The survey results (using a 5–point scale) revealed that for trainees, mean precourse and postcourse comfort level with WSB increased from a baseline of 3.2 to 4.4 (P<.0001), and comfort level with the use of ultrasound for the placement of CVCs improved from 1.8 to 3.8 (P<.0001) (Fig. 3). Attending physicians' comfort level with WSB improved from a precourse value of 2.8 to 4.5 (P<.002), while their comfort level with the use of ultrasound for the placement of CVCs improved from 2.4 to 4.1 (P<.001) (Fig. 3). With regards to the utility of the tissue models, the image quality of the simulated vessels in the model was rated 3.8, the model effectiveness for practicing wide sterile barrier was rated 4.8, and the overall value of the educational session was rated 4.9 (Fig. 4), which was independent of the participant's level of training. Lastly, the value of the course as a way to reinforce sharps safety was rated 4.3, and no one objected to the use of chickens as the basis of the models.

Figure 3
Comfort level with vascular access components. ◊/, ultrasound guidance—trainees; Δ/, ultrasound guidance—attendings; [filled square]/, wide sterile barriers—trainees; X/, wide sterile barriers— attendings (Po.002 ...
Figure 4
Reactions to tissue model. Black, trainees; white, attendings; gray, all participants

DISCUSSION

These educational sessions provided trainees and attending physicians with an inexpensive, low-stress, no-risk opportunity to practice vascular access techniques under ultrasound guidance, to learn the proper application of WSB, and to review sharps safety. The tissue models were constructed out of readily available materials at a nominal cost per device, and they were durable enough to allow several operators to gain experience in a single session. Overall, participants' experiences were highly favorable and their comfort levels improved significantly in all principal skill areas. We also found it significant that regardless of prior experience or level of training going into the session, participants found the experience to be highly worthwhile.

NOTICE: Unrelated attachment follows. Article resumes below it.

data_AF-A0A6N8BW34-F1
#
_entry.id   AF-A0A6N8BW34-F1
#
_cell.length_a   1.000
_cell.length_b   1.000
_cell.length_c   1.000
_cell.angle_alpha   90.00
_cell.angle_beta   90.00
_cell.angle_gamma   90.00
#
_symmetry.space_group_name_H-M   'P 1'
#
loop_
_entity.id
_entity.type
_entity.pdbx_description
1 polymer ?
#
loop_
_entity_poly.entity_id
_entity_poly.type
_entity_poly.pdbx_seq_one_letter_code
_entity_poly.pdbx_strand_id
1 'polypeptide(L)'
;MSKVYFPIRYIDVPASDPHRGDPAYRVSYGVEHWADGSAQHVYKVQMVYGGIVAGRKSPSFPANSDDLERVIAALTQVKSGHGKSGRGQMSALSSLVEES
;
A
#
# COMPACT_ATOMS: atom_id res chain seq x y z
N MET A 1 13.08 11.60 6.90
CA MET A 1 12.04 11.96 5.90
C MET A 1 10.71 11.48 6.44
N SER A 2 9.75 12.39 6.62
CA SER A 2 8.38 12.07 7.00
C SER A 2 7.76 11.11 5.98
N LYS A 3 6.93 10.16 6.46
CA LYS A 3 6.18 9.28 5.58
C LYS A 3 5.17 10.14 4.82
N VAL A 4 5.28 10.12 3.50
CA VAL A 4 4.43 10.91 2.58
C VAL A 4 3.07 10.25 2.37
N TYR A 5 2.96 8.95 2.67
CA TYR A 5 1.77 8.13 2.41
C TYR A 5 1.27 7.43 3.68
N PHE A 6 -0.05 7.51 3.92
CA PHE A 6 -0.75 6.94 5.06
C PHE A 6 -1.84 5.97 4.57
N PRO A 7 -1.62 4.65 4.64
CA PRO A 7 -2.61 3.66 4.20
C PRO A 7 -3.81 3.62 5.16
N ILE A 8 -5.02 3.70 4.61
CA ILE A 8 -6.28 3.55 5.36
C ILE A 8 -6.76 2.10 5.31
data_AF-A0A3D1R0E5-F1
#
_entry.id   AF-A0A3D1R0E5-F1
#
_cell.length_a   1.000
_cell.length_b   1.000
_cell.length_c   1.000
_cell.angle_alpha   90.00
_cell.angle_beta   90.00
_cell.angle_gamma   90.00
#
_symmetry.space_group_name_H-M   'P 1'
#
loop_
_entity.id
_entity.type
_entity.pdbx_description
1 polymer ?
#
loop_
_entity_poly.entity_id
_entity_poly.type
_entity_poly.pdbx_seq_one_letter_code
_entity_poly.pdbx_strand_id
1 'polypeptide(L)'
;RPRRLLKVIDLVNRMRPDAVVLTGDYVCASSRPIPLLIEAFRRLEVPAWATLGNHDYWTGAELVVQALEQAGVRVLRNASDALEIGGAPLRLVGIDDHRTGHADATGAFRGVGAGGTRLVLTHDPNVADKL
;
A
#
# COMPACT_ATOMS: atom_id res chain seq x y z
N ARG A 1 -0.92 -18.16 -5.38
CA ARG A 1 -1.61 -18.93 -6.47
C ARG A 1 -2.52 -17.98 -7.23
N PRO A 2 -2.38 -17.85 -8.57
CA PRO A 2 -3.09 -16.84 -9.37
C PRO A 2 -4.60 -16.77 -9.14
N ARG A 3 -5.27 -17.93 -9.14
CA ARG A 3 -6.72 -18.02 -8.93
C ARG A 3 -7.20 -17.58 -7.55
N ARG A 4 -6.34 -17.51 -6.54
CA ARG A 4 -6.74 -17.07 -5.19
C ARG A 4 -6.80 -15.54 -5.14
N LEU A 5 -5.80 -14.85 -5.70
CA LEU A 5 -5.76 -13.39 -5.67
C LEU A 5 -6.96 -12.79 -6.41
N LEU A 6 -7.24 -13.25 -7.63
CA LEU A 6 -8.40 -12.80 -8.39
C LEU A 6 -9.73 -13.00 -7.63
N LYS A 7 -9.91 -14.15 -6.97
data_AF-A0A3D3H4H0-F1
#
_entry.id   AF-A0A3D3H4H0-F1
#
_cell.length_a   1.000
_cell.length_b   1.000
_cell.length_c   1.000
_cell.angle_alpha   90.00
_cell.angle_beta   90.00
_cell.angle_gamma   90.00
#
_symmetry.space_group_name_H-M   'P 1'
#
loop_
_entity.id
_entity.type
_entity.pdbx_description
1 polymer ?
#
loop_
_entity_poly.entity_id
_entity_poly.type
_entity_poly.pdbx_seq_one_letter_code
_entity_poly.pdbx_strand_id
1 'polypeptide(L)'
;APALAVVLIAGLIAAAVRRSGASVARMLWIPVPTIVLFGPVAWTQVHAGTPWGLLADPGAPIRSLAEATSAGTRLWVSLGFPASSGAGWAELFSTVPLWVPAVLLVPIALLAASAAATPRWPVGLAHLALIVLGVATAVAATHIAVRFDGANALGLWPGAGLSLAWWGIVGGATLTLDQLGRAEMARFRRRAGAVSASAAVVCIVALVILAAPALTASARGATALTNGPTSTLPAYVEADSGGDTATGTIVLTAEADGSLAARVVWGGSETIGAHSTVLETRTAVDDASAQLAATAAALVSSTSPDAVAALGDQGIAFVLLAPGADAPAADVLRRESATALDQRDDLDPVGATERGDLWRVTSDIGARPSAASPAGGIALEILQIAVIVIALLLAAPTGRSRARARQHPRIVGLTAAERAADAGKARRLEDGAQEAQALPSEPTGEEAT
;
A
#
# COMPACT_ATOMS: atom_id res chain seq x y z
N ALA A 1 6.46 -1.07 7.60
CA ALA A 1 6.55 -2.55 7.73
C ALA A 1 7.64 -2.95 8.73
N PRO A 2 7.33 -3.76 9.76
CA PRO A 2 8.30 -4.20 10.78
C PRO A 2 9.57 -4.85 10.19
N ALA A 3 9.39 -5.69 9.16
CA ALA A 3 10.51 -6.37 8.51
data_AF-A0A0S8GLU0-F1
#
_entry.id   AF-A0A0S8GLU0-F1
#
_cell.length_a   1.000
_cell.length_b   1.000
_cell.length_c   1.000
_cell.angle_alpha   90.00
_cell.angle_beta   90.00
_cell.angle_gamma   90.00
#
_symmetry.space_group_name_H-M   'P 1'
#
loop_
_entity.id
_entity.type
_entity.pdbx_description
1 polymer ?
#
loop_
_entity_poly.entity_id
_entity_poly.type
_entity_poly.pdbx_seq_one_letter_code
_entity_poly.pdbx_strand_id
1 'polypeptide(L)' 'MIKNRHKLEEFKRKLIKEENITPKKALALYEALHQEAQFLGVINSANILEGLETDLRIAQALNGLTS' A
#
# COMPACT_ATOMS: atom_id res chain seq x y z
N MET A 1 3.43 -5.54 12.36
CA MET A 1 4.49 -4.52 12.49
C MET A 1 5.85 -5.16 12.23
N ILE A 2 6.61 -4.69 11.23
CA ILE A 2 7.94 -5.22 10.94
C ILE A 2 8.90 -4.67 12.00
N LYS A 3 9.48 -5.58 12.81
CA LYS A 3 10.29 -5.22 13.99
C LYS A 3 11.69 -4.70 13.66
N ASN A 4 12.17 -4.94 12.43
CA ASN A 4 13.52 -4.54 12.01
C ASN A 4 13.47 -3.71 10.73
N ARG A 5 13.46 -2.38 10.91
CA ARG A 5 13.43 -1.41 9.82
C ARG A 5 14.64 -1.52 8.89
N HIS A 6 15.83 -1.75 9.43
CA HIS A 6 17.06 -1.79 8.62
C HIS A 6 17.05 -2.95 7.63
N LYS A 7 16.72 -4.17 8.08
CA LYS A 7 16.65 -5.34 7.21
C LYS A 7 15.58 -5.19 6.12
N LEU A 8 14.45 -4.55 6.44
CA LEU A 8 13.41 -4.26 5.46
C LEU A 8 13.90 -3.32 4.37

This is Phase I of a long-term strategy to improve patient safety. Our primary focus in this phase was to determine if we could validate a learner-accepted workshop that uses a nonhuman tissue model as the basis for procedural training. Consistent with this goal, this work has a number of distinct limitations. Most importantly, we did not measure actual learning or behavioral changes in the participants, nor did we track actual procedural complication rates before and after the sessions. Now that the model has been validated as a training tool, we plan to conduct training sessions with new participants and subsequently track complication rates and determine whether behaviors change and/or skills are applied in the clinical setting.

Another limitation inherent in this study relates to having provided large amounts of new information to participants in a short period of time. We recognize that our survey results may have been positively skewed due to the recency effect, and many of the skills taught may fade over time without reinforcement or subsequent practice opportunities. To address this, future sessions will include a written take-home summary of highlight points, a follow-up refresher course, and subsequent resurveying of participants. To measure the degree of the “use it or lose it” phenomenon, we will also document the time elapsed between an individual's training session and the application of skills taught on actual patients.